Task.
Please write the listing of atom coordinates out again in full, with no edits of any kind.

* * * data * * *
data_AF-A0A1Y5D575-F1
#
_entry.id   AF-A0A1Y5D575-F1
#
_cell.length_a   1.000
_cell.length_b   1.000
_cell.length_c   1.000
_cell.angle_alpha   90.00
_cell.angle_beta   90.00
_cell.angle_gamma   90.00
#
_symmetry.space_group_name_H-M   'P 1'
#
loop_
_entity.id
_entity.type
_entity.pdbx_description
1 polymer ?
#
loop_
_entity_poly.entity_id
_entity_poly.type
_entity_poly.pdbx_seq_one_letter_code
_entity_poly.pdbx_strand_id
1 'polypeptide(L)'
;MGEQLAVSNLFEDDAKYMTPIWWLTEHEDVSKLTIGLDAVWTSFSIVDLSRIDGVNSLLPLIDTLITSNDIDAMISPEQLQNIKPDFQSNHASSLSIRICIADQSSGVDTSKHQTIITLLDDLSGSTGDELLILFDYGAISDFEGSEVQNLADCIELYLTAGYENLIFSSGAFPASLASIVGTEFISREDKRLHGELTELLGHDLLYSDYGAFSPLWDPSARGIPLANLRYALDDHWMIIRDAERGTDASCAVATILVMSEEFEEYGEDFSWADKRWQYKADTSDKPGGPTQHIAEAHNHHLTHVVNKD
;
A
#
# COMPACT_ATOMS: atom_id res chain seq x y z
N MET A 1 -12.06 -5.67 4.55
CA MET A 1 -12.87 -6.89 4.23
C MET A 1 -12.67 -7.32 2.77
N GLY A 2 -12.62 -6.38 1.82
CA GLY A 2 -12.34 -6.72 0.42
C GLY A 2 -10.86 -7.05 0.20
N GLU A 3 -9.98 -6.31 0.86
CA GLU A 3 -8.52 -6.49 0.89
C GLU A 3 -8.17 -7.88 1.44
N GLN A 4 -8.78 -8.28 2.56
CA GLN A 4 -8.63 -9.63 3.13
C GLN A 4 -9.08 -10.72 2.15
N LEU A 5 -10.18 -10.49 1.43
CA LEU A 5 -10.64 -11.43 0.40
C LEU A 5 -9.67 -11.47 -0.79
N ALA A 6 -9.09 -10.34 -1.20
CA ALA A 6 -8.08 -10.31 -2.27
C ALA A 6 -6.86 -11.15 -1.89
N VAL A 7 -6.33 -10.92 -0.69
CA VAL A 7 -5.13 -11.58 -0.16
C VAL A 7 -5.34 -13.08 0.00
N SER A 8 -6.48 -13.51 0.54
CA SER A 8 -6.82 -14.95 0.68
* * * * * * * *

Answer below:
data_AF-A0A1Y5D575-F1
#
_entry.id   AF-A0A1Y5D575-F1
#
_cell.length_a   1.000
_cell.length_b   1.000
_cell.length_c   1.000
_cell.angle_alpha   90.00
_cell.angle_beta   90.00
_cell.angle_gamma   90.00
#
_symmetry.space_group_name_H-M   'P 1'
#
loop_
_entity.id
_entity.type
_entity.pdbx_description
1 polymer ?
#
loop_
_entity_poly.entity_id
_entity_poly.type
_entity_poly.pdbx_seq_one_letter_code
_entity_poly.pdbx_strand_id
1 'polypeptide(L)'
;MGEQLAVSNLFEDDAKYMTPIWWLTEHEDVSKLTIGLDAVWTSFSIVDLSRIDGVNSLLPLIDTLITSNDIDAMISPEQLQNIKPDFQSNHASSLSIRICIADQSSGVDTSKHQTIITLLDDLSGSTGDELLILFDYGAISDFEGSEVQNLADCIELYLTAGYENLIFSSGAFPASLASIVGTEFISREDKRLHGELTELLGHDLLYSDYGAFSPLWDPSARGIPLANLRYALDDHWMIIRDAERGTDASCAVATILVMSEEFEEYGEDFSWADKRWQYKADTSDKPGGPTQHIAEAHNHHLTHVVNKD
;
A
#
# COMPACT_ATOMS: atom_id res chain seq x y z
N MET A 1 -12.06 -5.67 4.55
CA MET A 1 -12.87 -6.89 4.23
C MET A 1 -12.67 -7.32 2.77
N GLY A 2 -12.62 -6.38 1.82
CA GLY A 2 -12.34 -6.72 0.42
C GLY A 2 -10.86 -7.05 0.20
N GLU A 3 -9.98 -6.31 0.86
CA GLU A 3 -8.52 -6.49 0.89
C GLU A 3 -8.17 -7.88 1.44
N GLN A 4 -8.78 -8.28 2.56
CA GLN A 4 -8.63 -9.63 3.13
C GLN A 4 -9.08 -10.72 2.15
N LEU A 5 -10.18 -10.49 1.43
CA LEU A 5 -10.64 -11.43 0.40
C LEU A 5 -9.67 -11.47 -0.79
N ALA A 6 -9.09 -10.34 -1.20
CA ALA A 6 -8.08 -10.31 -2.27
C ALA A 6 -6.86 -11.15 -1.89
N VAL A 7 -6.33 -10.92 -0.69
CA VAL A 7 -5.13 -11.58 -0.16
C VAL A 7 -5.34 -13.08 0.00
N SER A 8 -6.48 -13.51 0.54
CA SER A 8 -6.82 -14.95 0.68